Breast augmentation and artificial insemination: Monstrous medicine and the female body in recent fiction
Australasian Journal of Popular Culture
School of Arts and Humanities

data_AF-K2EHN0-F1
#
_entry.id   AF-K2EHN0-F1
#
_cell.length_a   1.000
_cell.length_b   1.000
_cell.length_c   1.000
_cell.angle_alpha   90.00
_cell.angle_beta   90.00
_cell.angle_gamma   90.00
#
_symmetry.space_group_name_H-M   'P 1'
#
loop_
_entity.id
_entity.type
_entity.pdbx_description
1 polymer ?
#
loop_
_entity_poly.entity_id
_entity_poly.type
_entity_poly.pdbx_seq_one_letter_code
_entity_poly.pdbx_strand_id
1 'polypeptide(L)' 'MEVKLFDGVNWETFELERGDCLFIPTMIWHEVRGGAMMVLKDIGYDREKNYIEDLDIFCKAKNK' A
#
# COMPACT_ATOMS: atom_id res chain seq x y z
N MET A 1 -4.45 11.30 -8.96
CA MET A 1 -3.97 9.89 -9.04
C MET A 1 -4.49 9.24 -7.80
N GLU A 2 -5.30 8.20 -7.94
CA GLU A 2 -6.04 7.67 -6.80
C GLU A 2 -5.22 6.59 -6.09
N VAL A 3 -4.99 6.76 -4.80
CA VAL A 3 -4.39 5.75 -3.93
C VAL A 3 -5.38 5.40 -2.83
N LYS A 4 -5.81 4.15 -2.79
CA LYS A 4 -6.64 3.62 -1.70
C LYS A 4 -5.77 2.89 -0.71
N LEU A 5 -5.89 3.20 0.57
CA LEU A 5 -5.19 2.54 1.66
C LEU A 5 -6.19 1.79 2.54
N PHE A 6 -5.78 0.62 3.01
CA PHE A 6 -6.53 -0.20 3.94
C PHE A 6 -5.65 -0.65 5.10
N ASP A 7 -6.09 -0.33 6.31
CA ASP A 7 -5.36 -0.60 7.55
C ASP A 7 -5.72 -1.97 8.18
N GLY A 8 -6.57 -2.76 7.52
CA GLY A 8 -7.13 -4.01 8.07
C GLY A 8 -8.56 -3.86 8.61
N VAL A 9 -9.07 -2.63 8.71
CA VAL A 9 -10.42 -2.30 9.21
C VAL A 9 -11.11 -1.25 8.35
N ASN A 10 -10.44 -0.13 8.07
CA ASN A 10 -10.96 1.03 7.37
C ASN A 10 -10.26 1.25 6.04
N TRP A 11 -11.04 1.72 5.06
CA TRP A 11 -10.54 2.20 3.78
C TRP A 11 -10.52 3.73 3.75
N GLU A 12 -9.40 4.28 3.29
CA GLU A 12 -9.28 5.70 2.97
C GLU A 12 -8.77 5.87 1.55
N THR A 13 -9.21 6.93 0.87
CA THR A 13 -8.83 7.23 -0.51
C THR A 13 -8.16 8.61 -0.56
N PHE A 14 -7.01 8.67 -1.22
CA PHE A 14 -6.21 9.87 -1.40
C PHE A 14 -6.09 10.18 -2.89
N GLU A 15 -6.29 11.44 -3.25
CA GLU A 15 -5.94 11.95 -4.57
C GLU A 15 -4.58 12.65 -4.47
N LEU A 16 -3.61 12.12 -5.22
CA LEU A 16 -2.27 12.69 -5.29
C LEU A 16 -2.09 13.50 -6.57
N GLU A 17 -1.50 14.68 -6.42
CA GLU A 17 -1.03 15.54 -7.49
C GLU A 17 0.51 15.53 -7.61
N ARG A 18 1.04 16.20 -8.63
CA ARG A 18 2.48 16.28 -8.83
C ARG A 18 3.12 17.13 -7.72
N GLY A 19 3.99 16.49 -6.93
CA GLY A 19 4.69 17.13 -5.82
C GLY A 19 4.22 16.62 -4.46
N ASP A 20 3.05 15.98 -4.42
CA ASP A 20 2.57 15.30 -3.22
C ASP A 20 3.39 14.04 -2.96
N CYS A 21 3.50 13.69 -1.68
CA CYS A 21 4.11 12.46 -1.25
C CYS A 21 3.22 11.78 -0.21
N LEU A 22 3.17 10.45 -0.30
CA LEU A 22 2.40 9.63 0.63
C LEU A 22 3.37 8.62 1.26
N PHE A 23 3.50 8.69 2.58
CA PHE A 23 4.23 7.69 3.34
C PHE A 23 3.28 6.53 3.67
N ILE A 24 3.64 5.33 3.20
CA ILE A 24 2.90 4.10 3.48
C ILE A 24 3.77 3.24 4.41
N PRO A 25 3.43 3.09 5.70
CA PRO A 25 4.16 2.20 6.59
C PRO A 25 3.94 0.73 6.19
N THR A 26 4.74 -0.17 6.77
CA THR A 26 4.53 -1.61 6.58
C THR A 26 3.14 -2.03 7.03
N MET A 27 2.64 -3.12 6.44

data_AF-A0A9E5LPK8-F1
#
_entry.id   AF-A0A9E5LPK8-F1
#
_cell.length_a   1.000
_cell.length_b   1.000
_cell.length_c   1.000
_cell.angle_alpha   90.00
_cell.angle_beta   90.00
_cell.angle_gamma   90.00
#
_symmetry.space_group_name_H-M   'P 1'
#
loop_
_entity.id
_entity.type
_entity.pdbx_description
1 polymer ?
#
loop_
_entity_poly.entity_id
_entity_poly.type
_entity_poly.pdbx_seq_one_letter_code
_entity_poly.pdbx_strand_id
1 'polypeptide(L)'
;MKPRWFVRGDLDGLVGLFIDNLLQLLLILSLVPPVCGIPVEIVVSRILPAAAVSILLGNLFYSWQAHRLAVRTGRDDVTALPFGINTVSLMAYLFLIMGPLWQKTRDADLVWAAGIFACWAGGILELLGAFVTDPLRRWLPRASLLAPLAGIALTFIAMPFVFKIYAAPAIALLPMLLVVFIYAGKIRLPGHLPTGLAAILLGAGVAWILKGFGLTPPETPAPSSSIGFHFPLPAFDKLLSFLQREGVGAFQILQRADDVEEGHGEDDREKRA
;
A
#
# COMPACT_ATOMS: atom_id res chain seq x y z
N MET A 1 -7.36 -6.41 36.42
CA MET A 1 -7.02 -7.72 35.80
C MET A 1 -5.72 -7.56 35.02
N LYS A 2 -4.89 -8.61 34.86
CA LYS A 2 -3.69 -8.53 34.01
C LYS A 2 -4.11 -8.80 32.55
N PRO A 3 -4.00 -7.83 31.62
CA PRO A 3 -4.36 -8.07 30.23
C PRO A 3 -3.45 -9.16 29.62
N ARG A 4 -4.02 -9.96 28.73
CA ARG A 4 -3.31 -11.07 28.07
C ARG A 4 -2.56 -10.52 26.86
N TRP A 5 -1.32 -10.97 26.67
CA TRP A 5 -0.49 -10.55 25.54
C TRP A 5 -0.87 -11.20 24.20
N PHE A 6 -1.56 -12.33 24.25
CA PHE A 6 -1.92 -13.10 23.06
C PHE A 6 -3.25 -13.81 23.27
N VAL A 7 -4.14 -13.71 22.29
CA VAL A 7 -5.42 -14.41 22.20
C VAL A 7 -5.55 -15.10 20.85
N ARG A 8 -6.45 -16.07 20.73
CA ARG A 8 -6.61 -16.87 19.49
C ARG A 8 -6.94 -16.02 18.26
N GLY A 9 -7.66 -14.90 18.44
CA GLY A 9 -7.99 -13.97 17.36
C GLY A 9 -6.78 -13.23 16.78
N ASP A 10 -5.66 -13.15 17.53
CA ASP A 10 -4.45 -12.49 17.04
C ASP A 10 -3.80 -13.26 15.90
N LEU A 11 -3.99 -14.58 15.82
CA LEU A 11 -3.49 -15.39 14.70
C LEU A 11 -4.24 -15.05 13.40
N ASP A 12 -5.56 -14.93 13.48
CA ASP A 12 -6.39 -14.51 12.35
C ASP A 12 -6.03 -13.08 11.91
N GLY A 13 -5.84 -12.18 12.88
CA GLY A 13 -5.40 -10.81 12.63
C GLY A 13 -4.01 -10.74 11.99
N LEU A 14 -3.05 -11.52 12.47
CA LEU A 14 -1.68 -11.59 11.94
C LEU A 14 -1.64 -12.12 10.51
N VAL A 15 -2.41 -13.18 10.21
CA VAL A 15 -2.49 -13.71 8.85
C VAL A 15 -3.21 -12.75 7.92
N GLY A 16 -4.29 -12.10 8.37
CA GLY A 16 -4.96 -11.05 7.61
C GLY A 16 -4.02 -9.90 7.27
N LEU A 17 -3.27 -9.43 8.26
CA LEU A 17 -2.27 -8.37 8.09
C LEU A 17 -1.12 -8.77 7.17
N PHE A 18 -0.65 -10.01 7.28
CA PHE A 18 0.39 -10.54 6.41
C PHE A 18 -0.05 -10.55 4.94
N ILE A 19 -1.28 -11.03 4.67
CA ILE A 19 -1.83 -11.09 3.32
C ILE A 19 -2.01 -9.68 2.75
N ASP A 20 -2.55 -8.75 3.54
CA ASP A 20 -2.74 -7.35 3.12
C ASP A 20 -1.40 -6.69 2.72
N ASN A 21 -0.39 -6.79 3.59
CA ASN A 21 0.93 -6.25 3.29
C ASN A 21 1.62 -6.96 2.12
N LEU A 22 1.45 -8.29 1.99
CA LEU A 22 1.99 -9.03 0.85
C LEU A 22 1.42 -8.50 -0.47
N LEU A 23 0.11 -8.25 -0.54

Recent fiction that depicts medical intervention upon the female body as monstrous reveals societal anxiety around aesthetic and reproductive medicine. As biotech-nology rapidly advances, the female body continues to be a site on which improve-ments, efficiencies and controls are imposed. While Kristeva’s abject and Creed’s ‘monstrous-feminine’ explain the capacity of the female body to imbue horror, this literary analysis explores how the experience of the medicalized female body can convey anxiety relating to escalating aesthetic and reproductive demands. Works of fiction by Kawakami, Mazza, Hortle, Booth, Giddings, Gildfind and Taylor are considered in terms of medicine and the female body, with the narratives revealing common themes of monstrosity. Bakhtin’s grotesque and Kristeva’s abject informs the analysis, as does Foucault’s concept of the ‘medical gaze’. Bartky’s ‘fashion-beauty complex’ frames the investigation into depictions of cosmetic surgery, while the impact of capitalism is considered in relation to reproductive technologies and medical experimentation. The power structures that medicine operates within are considered and the article argues that the representation of medicine as monstrous in relation to the female body expresses collective unease about the increasingly unstable boundaries of the human body itself.